Sarah concludes her account in this way: “And whenever Abraham retells the events of that strangest of days, as he so likes to do, I remain silent and nod solemnly, particularly when he reminds all who will listen that God works in mysterious ways.”

The moral of Sarah's story: We should treat LOTE like the lost soul he is, too long hearing and heeding strange voices, place the sacrificial knives of power far beyond his reach, work to make our own miracles no matter how the press scores our endeavors and, finally, look for the moral equivalent of a nomad with red hair and a cloud-like scarf who can step in by 2012 to say the right thing and DO the right thing when it really counts.

Anne Lavoie said...

I don't think Obama is convincing the average American of anything but the fact that he is not willing to fight to protect their Social Security checks, or their Medicare for that matter.

Has anyone heard him warn the military contractors that they won't get paid? Hell, no. So the only thing we can be sure of right now is that he won't fight to protect the people but he will protect corporate payments.

Very reassuring. He might score points with the political junkies from playing this game, but I believe it will backfire on him.

By the way, I take the pledge. No vote for Obama from me under any circumstances. I will not vote against my own best interests or that of my country.

Karen Garcia said...

To answer both Jay and Anne --
The whole "crisis" in DC is already taking on the status of myth before the story even comes to an end. Agitate, Spin, Rinse, Repeat. The real shadow government at the controls: Grover Norquist, the Chamber of Commerce, Wall Street, K Street, etc is calling all the shots. Obama has really demeaned himself bringing Social Security scare tactics into the mix. The Republicans are scare tactics personified. They all should be booted out and stripped of both their paychecks and their dignity. The only politician I heard standing up for poor people today was Ron Paul.

Draft Spitzer said...

Nice version of the story. There's an Israeli writer who retold the story of King David from, I think, the perspective of his wife? Can't remember. It came out late 1997 maybe.

@Karen and crew:
Check this out on O's fundraising prowess:


And: has anyone seen Harry Shearer's Katrina doc about the Army Corps of Engineers mistakes? I have been hearing about it for a year but have yet to see it.

Gerald Rubin said...

I had decided not to vote for Obama some time ago, even if he runs against the likes of Michelle Bachman. He is not to be rewarded for his constant duplicity. I went door to door for him in 2008 and have found myself receiving democratic fundraising emails from various democratic organizations. I now have a new hobby, each time I unsubscribe (3 so far) they ask for comments, so I get a chance to let them have it. It is quite satisfying for me to do this. If you notice, I spell america with a small "a". This a form of protest in which I am subtly saying that american exeptionalism is a perverse way to deny the havoc that america has created all over the world almost since its inception.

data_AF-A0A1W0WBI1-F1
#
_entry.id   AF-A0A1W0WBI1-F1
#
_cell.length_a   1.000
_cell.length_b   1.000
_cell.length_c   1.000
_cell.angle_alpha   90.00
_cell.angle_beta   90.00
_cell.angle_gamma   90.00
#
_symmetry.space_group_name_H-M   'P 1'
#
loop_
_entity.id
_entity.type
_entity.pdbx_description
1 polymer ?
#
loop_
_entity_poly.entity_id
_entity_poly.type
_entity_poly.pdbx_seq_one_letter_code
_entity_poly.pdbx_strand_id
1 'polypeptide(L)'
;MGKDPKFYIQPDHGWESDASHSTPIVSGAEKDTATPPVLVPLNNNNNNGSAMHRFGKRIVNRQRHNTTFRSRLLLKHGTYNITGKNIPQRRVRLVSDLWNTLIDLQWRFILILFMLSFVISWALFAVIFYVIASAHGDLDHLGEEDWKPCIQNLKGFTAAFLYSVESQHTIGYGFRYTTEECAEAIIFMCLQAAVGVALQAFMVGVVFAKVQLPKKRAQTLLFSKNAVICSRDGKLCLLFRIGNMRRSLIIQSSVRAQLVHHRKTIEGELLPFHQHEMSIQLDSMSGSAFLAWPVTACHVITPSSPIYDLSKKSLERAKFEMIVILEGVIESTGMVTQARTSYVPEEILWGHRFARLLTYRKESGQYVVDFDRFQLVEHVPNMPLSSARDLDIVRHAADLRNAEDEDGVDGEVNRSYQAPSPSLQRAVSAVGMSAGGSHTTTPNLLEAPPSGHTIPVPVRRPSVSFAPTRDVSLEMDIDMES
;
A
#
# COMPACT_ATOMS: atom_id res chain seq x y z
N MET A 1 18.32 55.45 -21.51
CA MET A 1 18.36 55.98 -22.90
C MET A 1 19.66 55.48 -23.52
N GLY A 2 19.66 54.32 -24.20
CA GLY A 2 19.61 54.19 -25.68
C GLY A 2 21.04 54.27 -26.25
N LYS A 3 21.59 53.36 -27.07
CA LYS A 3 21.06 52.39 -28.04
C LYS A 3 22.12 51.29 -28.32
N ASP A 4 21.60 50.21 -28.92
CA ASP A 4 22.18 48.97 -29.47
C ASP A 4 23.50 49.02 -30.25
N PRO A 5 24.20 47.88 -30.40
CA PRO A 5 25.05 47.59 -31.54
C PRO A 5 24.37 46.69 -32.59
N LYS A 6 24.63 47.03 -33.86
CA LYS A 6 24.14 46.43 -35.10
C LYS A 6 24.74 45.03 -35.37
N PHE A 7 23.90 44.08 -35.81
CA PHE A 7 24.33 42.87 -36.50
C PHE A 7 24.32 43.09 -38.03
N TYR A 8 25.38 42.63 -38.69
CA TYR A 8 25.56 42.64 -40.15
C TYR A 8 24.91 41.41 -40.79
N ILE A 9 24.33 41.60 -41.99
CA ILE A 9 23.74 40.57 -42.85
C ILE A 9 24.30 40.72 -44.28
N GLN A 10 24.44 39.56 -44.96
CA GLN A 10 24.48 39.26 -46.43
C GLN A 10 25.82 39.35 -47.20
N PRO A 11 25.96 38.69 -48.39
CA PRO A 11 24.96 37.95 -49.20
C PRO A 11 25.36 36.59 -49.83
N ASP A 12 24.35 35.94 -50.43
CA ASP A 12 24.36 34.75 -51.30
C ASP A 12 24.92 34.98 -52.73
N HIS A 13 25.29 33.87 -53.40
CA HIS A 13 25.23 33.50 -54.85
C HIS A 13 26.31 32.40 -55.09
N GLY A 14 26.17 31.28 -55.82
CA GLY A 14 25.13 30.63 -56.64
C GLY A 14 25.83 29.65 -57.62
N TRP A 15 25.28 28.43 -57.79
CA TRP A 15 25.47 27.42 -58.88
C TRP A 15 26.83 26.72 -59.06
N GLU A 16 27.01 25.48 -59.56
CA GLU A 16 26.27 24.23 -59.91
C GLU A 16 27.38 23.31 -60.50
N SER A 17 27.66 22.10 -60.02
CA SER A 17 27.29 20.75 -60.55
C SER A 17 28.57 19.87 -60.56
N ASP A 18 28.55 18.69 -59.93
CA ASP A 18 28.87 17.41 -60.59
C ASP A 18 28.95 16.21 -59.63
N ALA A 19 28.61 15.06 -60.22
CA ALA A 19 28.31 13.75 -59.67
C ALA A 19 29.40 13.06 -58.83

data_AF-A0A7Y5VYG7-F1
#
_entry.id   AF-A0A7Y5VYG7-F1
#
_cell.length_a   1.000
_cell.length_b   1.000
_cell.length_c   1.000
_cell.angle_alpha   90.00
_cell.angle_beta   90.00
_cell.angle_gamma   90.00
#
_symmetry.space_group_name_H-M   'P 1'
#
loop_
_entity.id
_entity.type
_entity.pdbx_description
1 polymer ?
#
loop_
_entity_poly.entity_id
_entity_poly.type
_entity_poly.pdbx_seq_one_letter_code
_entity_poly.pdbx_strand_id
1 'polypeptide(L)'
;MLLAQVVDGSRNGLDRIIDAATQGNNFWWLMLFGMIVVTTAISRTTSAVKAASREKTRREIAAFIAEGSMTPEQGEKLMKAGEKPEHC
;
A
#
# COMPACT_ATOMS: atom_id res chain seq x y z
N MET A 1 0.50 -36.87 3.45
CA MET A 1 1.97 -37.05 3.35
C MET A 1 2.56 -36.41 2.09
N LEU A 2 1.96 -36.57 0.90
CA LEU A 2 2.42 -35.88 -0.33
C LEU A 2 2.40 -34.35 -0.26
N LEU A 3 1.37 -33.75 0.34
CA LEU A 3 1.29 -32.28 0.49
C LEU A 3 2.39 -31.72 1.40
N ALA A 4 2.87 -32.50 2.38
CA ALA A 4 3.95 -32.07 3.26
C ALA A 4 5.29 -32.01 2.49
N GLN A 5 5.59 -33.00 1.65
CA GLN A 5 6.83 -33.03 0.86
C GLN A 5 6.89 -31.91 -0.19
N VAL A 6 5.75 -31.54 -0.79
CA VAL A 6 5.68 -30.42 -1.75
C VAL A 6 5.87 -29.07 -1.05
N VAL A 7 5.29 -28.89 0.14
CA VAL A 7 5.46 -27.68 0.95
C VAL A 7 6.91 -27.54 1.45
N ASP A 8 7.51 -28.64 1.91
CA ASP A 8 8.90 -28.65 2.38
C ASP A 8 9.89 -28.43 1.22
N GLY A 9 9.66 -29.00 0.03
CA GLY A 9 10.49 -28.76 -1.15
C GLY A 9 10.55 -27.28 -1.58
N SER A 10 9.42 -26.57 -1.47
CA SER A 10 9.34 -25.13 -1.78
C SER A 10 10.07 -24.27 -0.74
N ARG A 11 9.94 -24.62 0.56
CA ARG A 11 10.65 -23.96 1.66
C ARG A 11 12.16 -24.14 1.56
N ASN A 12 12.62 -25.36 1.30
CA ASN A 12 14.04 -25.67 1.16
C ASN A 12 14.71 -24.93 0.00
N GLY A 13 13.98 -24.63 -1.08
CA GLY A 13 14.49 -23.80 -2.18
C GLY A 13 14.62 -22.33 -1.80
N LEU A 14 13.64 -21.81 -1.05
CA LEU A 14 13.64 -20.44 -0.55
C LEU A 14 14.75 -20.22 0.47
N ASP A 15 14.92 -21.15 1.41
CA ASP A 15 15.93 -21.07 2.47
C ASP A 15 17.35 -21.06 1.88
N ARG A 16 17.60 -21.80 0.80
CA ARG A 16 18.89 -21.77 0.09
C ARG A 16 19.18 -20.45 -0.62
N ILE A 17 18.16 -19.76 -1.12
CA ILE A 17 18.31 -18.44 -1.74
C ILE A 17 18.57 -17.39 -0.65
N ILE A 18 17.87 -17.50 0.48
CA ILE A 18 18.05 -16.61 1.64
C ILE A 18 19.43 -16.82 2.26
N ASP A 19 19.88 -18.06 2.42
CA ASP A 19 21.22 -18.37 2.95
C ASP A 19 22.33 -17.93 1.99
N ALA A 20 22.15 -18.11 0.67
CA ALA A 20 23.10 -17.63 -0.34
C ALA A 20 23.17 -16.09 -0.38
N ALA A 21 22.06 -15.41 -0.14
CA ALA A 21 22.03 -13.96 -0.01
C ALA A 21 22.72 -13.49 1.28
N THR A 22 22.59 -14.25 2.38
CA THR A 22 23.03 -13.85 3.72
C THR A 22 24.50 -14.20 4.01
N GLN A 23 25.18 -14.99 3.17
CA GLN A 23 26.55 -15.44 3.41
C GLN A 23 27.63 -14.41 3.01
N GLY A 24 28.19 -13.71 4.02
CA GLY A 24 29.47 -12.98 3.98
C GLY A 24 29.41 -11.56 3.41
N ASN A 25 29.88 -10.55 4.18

VLT said...

I take the pledge. I will lend my money and support to any and all Progressive candidates and will vote for Democrats with a half-way decent voting record. But the Presidential box - THAT will be left blank on my ballot.

Ciara said...

Karen, you and James K. Galbraith have much the same opinion of Obama and his shenanigans.

Janet Camp said...

I am deeply humbled by the medical nightmares of Rose, Karen, et al. My daughter and her family have experienced something similar to Karen, only at an age when they had no resources to cope with it. They are still suffering the financial consequences of that heaped on by the theft of my Hispanic surnamed (born in the US) son-in-law's social security number. I doubt if most of you know the havoc this can wreak on someone's life. I'm not vying for "Queen For A Day" here, just showing solidarity.

I think all the comments today are particularly poignant and that Karen's column today is her best ever. The combination has moved me closer to taking "the pledge". Since I am not a Republican I am capable of being persuaded by reason. Obama is knocking down my arguments a little more each day. I would definitely expect him to argue/negotiate for a LOWER age for Medicare. But the fact remains (does it not?) that the House must pass whatever the "deal" turns out to be, and games must be played on the way to something that can get passed. Now this does not excuse Obama from not using his bully pulpit, but the reason the house is full of tantrum-throwing teabags is because an awful lot of Democrats stayed home at the mid-terms in 2010 because they wanted to "send a message to Obama" or just didn't think it mattered.

So.....I will send Alan Grayson $10 and Obama nothing, but I will still pull the lever for Obama if a challenger does not arise and there seems to be no serious talk of that--not where it matters anyway.

Personally, I'm with Rose--we are the generation that forced change before--have too many of us got too rich to care anymore? We need to take to the streets in HUGE numbers. This damned internet should make it easier, so what's the problem? I found my time in Madison to be exhilarating and I am more than willing to get on a bus and go to DC, but I want a really big group to join me!

As a footnote, you will all notice that Obama raised a hell of a lot of money without help from the likes of any of us. (@Draft--I will read your link as it might reflect on this issue.)

Marie Burns said...